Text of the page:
Tyra Jean joins the LaunchPad as an inaugural Todd B. Rubin Diversity and Inclusion Scholar

woman in front of a building on the Syracuse University campus
Tyra Jean joins the LaunchPad as an inaugural Todd B. Rubin Diversity and Inclusion Scholar. The role is supported through a gift to SU Libraries from Todd B. Rubin ’04 (School of Architecture), who is Minister of Evolution and President of The Republic of Tea.

Most students who attend Syracuse University live in a world of immense privilege.  As attendees of a private, wealthy, higher education institution it can easy to submerge oneself in a world of comfort and lose sight to the injustices and debilitating social crises happening all around the world. To recognize privilege and channel it as power for helping others is a rare and societally transformative quality.

Tyra Jean, a graduate student earning her master’s degree in public administration, and an inaugural Todd B. Rubin 20-21’ Diversity and Inclusion Scholar, is such an individual who utilizes the blessings of her life into social impact for communities around her. Focusing her studies into international and development administration, she hopes that she can use her career to positively influence the world around her and tackle pressing social issues.

Jean’s desire for a socially impactful career grew from her varied and culturally diverse background. Her family are immigrants from Haiti, a nation inundated with widespread poverty and crippled by the effects of climate change. As Jean grew older, she became aware of a powerful juxtaposition between her life in the United States and the land which was home to her family and ancestors: a home with poor healthcare, massive pollution in the form of trash and sewage, and little sustainable energy. Her experience of the difference between cultures and places only deepened as she spent her childhood in three different places in the US: New York, North Carolina, and Florida. These experiences fueled her curiosity to explore the meaning and ramifications of the diversity of experiences across different peoples and societies.

When Jean took a sociology class in high school, she suddenly discovered a way of thinking that explained the complexity she saw in the way societies were constructed and the problems they faced. “Growing up I saw so much I didn’t have the verbiage for. I finally understood that there are theories I can tie to my lived experience.”

Motivated to understand these theories, Jean went to Syracuse and earned a bachelor’s degree in sociology with a minor in biology. Along the way, her studies and work only deepened her convictions to use her work for social impact. Working as a Literacy Corps tutor, where she tutored underprivileged children in Syracuse schools, she began to understand how deep-rooted the issue of literacy is and its severe negative consequences, particularly in Haiti.

She also worked for the Lerner Center for Public Health Promotion where she wrote briefs surrounding population health‑opening her eyes to the importance of public health across the world.  She’s held an internship studying public health at the Onondaga County Health Department and completed the Public Policy and International Affairs Fellowship Program at UC Berkeley. Her continued hands-on work delving into these social issues inspired her to form her career around them, motivating her pursuit of a master’s degree in a socially oriented field.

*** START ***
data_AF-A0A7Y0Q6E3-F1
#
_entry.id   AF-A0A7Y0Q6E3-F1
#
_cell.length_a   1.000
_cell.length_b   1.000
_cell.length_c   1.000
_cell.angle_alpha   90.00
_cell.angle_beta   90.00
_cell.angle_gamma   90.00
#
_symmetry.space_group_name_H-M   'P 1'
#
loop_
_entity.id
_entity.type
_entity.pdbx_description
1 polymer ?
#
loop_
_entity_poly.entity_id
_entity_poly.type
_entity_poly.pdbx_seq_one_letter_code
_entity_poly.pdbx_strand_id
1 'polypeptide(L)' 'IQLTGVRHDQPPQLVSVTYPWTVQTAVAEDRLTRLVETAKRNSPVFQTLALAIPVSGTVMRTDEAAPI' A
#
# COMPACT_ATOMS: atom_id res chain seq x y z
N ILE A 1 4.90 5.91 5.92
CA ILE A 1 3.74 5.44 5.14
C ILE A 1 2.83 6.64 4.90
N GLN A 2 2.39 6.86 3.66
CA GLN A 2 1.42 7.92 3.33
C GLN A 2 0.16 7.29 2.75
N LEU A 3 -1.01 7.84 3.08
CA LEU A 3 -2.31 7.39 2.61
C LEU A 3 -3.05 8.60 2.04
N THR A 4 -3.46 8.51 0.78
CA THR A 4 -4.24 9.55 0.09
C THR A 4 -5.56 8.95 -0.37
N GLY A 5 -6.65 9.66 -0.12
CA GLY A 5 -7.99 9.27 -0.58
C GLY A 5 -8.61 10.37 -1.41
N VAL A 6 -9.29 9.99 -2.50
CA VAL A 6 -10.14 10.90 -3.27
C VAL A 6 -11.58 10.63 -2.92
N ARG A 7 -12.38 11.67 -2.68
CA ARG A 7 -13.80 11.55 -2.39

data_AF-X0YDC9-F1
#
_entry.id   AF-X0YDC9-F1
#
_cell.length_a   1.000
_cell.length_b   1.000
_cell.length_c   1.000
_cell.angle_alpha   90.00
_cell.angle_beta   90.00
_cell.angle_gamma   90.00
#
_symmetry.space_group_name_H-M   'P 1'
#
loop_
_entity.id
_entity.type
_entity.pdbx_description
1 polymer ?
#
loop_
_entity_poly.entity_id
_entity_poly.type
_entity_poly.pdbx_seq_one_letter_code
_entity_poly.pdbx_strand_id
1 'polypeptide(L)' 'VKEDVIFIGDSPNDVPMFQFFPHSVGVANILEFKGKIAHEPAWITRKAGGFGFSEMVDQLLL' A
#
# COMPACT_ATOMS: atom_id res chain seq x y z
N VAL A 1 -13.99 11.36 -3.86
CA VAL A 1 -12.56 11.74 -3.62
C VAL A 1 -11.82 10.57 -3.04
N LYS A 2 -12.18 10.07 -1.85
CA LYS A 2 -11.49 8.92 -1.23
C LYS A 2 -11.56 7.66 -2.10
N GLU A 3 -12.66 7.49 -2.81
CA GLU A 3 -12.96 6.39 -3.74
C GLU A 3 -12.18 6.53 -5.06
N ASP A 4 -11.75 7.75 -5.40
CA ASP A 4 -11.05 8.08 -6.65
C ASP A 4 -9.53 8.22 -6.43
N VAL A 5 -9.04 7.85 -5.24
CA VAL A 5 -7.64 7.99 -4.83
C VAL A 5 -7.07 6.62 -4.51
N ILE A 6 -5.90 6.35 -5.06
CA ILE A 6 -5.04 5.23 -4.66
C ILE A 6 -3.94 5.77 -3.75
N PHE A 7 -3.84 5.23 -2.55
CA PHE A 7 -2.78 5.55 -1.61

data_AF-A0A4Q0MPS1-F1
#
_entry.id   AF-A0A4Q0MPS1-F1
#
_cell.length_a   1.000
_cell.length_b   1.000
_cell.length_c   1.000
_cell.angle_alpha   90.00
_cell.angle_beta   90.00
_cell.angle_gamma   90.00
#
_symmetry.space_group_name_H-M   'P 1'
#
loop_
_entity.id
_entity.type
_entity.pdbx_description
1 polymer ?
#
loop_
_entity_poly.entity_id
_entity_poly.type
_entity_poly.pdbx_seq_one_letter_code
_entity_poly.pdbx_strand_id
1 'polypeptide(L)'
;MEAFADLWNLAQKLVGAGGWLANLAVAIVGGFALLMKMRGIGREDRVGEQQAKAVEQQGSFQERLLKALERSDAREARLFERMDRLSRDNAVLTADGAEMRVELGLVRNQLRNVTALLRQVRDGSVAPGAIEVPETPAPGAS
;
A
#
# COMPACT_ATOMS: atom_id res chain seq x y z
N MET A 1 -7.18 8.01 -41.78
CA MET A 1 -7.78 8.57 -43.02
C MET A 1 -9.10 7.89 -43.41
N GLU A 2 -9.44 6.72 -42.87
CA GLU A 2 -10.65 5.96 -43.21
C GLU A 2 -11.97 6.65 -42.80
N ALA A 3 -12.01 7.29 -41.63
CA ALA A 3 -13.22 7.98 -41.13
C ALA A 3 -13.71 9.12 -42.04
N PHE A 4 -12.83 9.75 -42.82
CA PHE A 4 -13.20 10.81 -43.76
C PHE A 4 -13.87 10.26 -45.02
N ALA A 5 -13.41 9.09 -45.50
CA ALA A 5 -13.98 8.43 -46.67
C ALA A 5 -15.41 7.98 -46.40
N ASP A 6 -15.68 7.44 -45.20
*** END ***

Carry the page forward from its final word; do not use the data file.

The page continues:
Jean’s recognition of these social issues is leading her to utilize her studies and privilege into helping her Haiti and the home where her parents grew up. One of the factors worsening the effects of climate change in Haiti is the lack of renewable and sustainable energy. She’s currently in the process of creating a venture to install solar panels in Haiti to increase renewable energy sources as well as increasing access to reliable energy, which has powerful effects on the development of communities and the status of public health, particularly in the remote countryside. Her first project, which she will be working to develop through the LaunchPad, is to install solar panels across buildings on the very village her mother is from; a tribute to her roots and her family that paved the way for her. Passionate about environmental justice, she’s currently taking classes on sustainable energy and resources to gain crucial skills to practically help Haitian communities.

Not only is Jean driven to help international developing communities, but she’s also passionate about helping and educating her Syracuse community. This year as the Todd B. Rubin Diversity and Inclusion Scholar, she hopes to use her role to raise awareness and collaborate on issues of climate change and environmental justice, particularly how it affects developing societies. She also seeks to shed more light on the stories of Black immigrants in the struggles they’ve had to overcome as a result of the countries they were born into.  “I want people to understand the struggles of a developing nation and humanize the people there as well.”

Jean’s story of growth from understanding social issues to devotedly working to find solutions and ways she can use her talents to help serve as inspiration to all in the Syracuse community to open our eyes and utilize our privileges to impact the world positively. The LaunchPad welcomes her wholeheartedly and is thrilled to see the social awareness and action she will inspire in the entrepreneurial community.

Story by Claire Howard ’23, LaunchPad Global Fellow;  photo supplied